Here you can let yourself be inspired by imaginative pictures to write your story or narrative. You can do it alone or with others, and you choose whether you want to share your virtual book. As a teacher you can create a class account that students can use to vent their typing bliss or get the chance to be inspired. Your students can share their stories with their parents, by e - mail if they want to do that.

For to start typing and selecting pictures, click on the "Create" menu and then puts you started!
 If you want to write directly you can do so, or if you want to get ideas, you can take help of various images.

When you use Storybird you can also read what other people have written and been isnpired of .Click on "Read" in the menu, and you get many different suggested topics and books you can read.

Elisabet Gustafsson 1EN06U

Thursday, 10 October 2013


I am one of 12 teachers in Linköping municipality which partnered in an Ipad project. This means that we have received ipads (1 to 2 students) to the class and that we should use these in the teaching as much as possible. This has been a lift for both me and my students, especially in English.

There are plenty of apps, good and less good, that is exercising English in different ways. Most apps are focused in training  english words, for example, colors, food, body, things, etc. It has been good to use for increasing the pupils vocabulary. But I have noticed that my students have difficulties when it comes to speaking English loud, they do not really dare. They have a good vocabulary but do not really dare use their knowledge, particularly not in a large group. It is better in smaller groups.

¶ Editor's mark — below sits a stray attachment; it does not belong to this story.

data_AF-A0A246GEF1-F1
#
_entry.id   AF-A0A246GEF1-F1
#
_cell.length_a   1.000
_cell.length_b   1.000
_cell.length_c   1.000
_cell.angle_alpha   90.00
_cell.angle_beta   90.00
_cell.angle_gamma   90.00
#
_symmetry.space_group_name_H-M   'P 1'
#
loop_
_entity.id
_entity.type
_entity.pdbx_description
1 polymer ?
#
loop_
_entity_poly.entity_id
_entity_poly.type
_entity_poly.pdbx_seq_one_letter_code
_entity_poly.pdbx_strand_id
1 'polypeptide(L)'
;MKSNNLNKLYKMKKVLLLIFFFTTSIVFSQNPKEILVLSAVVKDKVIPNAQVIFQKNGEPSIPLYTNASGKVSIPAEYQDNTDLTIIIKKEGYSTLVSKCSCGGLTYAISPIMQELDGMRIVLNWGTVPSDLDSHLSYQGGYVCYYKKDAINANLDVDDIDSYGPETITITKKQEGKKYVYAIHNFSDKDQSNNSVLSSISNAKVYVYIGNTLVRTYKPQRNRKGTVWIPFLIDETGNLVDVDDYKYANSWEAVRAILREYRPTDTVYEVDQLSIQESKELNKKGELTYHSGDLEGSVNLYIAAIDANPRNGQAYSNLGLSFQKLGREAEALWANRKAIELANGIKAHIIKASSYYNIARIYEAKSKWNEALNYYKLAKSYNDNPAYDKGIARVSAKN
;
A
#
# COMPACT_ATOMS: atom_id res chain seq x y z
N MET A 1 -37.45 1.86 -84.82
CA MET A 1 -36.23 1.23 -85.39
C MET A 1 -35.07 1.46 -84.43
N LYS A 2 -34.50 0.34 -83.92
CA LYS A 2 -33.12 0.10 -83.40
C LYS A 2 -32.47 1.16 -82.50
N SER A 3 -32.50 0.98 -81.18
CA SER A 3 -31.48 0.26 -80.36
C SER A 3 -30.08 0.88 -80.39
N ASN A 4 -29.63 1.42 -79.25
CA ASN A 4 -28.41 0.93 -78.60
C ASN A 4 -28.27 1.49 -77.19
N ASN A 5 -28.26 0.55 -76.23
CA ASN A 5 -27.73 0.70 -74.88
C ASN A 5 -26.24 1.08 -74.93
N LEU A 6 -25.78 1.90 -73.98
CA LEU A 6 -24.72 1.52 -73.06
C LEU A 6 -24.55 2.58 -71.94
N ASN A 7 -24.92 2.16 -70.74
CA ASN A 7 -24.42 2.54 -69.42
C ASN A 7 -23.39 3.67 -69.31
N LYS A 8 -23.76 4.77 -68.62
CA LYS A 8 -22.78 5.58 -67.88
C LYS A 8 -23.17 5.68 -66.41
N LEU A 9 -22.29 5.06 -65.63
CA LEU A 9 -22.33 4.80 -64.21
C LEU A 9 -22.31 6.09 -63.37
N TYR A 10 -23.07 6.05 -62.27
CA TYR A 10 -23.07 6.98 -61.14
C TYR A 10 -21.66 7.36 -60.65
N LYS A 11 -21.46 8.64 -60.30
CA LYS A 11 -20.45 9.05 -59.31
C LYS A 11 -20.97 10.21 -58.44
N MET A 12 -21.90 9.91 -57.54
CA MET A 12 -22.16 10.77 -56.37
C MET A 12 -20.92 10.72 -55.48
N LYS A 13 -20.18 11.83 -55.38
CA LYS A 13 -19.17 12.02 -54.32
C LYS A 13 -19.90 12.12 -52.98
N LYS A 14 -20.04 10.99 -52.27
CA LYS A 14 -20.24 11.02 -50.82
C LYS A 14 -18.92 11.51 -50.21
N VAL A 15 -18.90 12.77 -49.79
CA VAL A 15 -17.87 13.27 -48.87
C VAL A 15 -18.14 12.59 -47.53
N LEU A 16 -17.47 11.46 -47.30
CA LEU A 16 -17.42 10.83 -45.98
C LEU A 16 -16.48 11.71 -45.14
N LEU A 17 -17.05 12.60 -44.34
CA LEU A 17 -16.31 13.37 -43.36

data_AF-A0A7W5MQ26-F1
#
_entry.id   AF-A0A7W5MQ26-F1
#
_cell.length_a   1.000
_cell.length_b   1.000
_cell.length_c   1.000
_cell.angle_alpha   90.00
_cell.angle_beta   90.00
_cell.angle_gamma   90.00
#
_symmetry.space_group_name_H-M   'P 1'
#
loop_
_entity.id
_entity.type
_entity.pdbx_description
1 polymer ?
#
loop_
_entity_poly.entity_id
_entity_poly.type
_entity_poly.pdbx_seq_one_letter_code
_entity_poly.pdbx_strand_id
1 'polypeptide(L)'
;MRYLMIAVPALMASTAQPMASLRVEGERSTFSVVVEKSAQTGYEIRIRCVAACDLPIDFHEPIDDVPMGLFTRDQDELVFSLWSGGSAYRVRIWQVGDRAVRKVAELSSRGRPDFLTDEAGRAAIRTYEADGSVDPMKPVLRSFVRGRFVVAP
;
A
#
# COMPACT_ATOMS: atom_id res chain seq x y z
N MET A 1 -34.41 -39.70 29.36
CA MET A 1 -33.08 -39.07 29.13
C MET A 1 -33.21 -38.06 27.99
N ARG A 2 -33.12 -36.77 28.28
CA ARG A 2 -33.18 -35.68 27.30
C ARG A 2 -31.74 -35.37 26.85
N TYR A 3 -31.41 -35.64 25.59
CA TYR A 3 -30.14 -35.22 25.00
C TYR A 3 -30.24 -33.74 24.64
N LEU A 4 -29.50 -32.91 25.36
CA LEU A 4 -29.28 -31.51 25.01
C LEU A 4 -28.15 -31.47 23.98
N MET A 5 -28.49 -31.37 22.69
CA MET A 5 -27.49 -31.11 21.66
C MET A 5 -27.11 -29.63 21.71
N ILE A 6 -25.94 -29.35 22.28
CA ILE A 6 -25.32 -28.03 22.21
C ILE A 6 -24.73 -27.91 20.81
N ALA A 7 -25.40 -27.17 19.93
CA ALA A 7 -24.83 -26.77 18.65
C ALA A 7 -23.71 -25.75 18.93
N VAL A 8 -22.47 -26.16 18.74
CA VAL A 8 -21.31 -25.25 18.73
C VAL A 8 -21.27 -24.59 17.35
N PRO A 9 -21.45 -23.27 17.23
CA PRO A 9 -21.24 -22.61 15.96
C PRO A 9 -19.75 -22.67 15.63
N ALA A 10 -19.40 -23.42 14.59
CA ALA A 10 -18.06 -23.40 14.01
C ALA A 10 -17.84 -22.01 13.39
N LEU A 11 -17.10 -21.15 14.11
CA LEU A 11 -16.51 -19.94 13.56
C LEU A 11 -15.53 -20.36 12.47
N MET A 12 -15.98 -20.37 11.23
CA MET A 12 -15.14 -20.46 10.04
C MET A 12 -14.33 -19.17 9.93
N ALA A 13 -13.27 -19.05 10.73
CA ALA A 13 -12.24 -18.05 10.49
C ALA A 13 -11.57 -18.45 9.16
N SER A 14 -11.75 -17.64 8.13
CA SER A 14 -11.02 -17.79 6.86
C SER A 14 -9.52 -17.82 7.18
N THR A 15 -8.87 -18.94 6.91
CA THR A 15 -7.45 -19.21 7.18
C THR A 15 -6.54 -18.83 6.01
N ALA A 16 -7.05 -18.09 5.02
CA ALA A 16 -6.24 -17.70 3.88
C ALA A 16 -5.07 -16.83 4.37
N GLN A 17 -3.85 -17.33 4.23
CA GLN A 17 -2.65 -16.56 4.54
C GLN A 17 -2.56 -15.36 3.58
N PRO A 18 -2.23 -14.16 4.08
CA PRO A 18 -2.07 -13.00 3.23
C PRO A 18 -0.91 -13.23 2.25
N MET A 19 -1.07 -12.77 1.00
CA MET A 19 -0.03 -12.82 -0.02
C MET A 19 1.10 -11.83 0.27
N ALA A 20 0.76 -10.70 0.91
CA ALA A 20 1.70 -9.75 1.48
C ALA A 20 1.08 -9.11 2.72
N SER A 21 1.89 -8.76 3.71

I found an app that you can use in both English and Swedish. This app has helped them in speaking English. It is called "Sock puppets". In Sock puppets you set up a scene with different characters and environments. Then you can record audio and also move characters. The result is a little film. The good thing is that all the characters have their own distinctive voice, so you can`t say which one of the pupils who played what. Now, when we have worked with the app a number of times I have noticed that students dare to use their English also "outside" the app, fun!

/Sara Skagerström

Sunday, 6 October 2013

Polar Fish Interactive fiction in English

I have students who need some extra challenges that they can work with individual. I got tips on this stuff and have been tested on lektion,se. I think it seems fun and challenging.  It is great that you can choose the difficulty and number of exercises that you want to do.
I will give a description.
Polar Fish interactive is beautifylly illustrated books from the best selling youth author. It contains a lot of exercises, quizzes and games. There are books and exercises from grade 5 to 9. Books and exercises to suit everyone regardless of skill level. The approach and contents match Lgr 11.
 How to get started. The first thing to do is to purchase a subscription. You will receive a license key so you can register yourself and a group of students. Students are invited through a link and registers. Now students can start working a book. Select the book you want to start reading. They recommend to start with "before you read exercises" to prepare you for the questions that come during the reading and to get pre-understanding. This may be discussion questions about the story´s theme or to practice words.